From time to time, people ask me if they can copy music from my iPod or if I can burn an album for them. When I deny their request, they look at me as if I've just run over their blind grandmother. And then shot her. In the back. With a shotgun.
You see, there are some laws I'm willing to break (i.e. driving 58 mph in a 55 zone), and some laws I'm reluctant to ignore (i.e. snorting heroin off a prostitute's stomach in any State except Nevada, where such behavior is practiced by even the clergy). The issue of music piracy would fall into the latter category.
Most people argue that the bulk of money spent on albums goes to record executives, advertising, packaging, manufacturing, etc., with very little of it going to the actual artist. And that's probably true. But I'm sure the people working in those other fields work hard at what they do, and who am I to take money from their pockets?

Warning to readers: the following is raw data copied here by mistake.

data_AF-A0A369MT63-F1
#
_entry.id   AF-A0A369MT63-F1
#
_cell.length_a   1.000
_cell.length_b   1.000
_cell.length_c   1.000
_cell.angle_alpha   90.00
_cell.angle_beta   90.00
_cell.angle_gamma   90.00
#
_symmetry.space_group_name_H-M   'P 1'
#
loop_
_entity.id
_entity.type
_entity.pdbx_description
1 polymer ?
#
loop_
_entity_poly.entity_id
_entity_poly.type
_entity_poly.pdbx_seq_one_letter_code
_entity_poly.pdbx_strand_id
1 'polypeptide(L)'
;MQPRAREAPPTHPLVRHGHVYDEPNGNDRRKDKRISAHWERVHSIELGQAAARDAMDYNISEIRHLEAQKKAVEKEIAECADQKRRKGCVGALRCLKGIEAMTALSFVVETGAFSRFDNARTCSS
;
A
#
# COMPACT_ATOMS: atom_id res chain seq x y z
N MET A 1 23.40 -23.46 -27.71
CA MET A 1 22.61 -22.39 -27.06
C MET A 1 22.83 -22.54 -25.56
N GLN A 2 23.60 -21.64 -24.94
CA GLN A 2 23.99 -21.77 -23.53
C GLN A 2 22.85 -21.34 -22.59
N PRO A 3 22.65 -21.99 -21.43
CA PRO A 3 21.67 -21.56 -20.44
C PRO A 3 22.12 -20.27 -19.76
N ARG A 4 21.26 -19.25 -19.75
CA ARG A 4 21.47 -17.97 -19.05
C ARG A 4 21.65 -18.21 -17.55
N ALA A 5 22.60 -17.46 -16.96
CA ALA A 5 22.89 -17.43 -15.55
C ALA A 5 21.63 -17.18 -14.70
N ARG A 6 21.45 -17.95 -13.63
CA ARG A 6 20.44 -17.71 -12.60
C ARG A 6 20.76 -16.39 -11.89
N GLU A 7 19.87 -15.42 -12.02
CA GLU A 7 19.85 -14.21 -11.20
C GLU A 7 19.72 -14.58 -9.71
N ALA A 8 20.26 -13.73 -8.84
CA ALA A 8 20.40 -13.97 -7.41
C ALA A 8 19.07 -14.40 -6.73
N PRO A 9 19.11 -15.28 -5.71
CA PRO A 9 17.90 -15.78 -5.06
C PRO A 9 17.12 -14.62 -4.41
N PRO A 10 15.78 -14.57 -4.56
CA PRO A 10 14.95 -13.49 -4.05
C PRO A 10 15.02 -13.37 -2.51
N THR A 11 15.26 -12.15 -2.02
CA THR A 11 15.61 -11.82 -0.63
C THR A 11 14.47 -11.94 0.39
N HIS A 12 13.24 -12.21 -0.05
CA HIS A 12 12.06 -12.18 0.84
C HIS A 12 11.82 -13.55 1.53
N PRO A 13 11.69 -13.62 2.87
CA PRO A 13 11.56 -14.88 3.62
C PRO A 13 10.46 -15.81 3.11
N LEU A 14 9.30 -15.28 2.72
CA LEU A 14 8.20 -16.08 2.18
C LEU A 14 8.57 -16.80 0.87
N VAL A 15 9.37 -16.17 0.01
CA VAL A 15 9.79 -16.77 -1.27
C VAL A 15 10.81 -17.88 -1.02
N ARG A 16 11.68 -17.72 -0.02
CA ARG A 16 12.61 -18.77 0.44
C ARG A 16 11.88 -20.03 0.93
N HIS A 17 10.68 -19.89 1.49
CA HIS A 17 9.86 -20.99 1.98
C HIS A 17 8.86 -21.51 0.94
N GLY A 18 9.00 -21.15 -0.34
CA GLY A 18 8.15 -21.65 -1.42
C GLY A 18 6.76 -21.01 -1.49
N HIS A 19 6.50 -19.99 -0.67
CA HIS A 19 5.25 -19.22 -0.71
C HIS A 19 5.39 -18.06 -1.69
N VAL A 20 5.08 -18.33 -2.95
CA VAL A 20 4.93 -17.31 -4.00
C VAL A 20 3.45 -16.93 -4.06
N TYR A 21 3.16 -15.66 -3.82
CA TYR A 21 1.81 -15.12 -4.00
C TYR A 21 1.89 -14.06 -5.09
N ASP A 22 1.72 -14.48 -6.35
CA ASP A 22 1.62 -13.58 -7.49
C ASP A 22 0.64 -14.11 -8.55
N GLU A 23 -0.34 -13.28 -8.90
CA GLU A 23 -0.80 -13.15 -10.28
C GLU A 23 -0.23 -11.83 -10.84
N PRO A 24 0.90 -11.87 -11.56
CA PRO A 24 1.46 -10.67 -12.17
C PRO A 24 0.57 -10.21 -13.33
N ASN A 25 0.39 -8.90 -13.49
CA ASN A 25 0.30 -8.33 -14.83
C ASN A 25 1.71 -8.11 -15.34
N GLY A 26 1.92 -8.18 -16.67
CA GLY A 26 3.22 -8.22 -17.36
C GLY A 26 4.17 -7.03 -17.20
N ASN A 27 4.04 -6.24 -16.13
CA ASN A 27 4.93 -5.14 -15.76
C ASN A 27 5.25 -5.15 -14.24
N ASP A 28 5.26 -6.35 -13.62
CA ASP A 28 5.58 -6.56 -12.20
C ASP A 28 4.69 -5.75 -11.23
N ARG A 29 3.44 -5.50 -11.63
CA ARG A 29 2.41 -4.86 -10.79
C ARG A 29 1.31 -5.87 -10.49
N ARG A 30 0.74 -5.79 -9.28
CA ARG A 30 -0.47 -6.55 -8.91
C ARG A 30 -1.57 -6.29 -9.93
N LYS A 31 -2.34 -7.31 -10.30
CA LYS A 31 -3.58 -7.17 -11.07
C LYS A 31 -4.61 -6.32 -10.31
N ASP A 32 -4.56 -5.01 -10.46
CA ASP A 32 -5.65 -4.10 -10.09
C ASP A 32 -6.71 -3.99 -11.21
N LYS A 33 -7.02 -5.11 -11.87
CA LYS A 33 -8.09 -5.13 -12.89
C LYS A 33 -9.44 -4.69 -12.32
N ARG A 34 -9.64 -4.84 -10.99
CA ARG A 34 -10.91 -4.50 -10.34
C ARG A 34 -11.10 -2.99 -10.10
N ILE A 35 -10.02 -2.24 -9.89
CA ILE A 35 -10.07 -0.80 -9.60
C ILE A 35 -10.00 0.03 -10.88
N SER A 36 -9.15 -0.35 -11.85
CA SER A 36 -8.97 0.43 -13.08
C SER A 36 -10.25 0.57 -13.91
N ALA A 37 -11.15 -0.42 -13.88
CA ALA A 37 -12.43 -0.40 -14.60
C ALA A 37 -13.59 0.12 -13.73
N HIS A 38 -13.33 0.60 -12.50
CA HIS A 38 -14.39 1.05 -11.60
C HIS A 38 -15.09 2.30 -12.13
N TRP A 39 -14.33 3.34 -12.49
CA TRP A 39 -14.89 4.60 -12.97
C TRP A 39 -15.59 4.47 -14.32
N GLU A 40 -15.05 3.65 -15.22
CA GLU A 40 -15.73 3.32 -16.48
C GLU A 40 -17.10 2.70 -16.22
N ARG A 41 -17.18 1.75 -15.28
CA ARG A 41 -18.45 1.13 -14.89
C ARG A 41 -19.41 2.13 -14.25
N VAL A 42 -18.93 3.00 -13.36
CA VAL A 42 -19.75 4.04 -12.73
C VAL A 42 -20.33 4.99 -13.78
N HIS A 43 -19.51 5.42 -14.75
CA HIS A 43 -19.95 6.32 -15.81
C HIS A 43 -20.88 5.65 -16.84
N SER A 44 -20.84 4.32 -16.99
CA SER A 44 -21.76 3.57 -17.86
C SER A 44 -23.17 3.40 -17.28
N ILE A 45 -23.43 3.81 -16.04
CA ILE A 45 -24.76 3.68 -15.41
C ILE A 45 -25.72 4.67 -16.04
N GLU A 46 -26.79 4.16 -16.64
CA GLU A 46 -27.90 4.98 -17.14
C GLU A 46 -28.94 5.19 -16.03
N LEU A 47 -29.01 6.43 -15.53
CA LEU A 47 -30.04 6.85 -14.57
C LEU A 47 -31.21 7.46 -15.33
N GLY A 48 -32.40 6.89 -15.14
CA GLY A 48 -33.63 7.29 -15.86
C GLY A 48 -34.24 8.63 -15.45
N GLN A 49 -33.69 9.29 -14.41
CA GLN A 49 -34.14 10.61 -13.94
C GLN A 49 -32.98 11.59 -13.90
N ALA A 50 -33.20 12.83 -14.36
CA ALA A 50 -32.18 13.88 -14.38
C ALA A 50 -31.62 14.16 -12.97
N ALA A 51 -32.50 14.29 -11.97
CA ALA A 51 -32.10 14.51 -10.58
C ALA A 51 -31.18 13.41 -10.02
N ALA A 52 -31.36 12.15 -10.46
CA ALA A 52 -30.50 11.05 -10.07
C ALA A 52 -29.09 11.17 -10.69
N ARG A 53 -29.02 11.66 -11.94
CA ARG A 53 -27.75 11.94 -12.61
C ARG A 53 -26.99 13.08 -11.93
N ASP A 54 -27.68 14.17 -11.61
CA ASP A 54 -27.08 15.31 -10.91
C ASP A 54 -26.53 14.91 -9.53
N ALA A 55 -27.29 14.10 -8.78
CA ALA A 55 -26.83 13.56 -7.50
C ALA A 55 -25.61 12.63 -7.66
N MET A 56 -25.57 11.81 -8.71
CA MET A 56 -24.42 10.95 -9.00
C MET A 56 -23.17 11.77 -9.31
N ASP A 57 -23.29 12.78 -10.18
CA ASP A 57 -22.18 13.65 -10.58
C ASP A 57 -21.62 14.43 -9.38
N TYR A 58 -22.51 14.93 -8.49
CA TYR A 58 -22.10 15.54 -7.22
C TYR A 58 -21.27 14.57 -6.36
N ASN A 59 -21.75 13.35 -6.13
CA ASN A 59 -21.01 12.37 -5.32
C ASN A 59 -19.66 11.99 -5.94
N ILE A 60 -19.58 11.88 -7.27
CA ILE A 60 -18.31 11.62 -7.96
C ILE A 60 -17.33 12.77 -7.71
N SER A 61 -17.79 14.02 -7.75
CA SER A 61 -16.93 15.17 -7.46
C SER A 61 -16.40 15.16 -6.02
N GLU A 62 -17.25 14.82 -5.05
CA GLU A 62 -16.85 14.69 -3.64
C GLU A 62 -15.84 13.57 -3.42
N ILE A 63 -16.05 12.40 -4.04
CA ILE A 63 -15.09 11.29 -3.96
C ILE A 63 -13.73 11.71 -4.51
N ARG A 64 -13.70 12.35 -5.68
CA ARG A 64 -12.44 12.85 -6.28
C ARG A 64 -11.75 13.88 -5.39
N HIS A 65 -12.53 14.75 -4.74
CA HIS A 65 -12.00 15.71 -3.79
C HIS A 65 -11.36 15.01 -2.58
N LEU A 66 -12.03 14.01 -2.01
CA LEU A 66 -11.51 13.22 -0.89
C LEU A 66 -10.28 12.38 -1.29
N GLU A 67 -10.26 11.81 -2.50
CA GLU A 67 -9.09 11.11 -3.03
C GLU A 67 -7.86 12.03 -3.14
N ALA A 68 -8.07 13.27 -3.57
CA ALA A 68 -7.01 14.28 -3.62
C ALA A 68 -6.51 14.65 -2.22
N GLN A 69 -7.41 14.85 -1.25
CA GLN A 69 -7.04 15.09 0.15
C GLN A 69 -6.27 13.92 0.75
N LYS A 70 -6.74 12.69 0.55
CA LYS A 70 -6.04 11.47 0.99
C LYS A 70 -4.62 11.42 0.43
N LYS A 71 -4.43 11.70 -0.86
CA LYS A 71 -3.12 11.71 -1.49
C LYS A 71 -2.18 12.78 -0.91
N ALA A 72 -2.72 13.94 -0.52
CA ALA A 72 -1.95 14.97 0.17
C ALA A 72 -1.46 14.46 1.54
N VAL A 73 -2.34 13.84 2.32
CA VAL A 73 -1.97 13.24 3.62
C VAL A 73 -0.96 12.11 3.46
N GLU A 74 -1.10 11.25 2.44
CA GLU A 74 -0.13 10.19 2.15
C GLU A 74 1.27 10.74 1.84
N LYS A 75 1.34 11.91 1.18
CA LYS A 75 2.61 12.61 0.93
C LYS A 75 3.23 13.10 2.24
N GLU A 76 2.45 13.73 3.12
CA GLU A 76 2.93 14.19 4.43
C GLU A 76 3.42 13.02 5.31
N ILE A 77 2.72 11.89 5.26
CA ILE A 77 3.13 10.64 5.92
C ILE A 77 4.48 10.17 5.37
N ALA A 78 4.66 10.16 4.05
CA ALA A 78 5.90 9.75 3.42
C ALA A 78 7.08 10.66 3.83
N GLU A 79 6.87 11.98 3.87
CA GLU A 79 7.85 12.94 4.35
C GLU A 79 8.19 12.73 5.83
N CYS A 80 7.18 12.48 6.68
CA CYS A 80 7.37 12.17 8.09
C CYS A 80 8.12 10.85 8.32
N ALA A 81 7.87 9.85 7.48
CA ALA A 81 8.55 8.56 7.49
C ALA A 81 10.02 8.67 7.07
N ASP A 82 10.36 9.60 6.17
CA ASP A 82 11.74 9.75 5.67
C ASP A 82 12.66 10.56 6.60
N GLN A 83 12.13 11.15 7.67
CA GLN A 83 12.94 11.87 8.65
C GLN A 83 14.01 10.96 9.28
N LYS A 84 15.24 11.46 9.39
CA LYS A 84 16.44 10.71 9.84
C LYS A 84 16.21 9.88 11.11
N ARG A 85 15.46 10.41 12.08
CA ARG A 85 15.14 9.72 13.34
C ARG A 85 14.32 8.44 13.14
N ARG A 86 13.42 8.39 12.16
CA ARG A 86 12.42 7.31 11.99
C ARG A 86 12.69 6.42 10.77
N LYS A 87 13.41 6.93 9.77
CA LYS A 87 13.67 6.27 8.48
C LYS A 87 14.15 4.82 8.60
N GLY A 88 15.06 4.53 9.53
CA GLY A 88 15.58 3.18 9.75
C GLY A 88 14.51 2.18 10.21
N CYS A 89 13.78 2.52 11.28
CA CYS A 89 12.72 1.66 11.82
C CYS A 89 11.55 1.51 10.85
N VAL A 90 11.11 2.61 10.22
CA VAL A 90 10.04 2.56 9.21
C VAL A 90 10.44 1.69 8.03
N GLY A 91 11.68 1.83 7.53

If I were a professional musician, I'd most likely put all my music on my website for anyone to download for free. Sure, I'd release actual albums, as well, but if I, as an artist, were desperate to get my music out to everyone, I wouldn't want anyone to have to pay for it. Instead, I'd spend my time touring, which is where most artists make their money anyway.
So next time you want me to burn the new Modest Mouse album for you and I refuse, don't be all, "What? You won't break the law for me?" But if you ask nicely, I might just loan you the $15 to go to your local independent music retailer and buy it.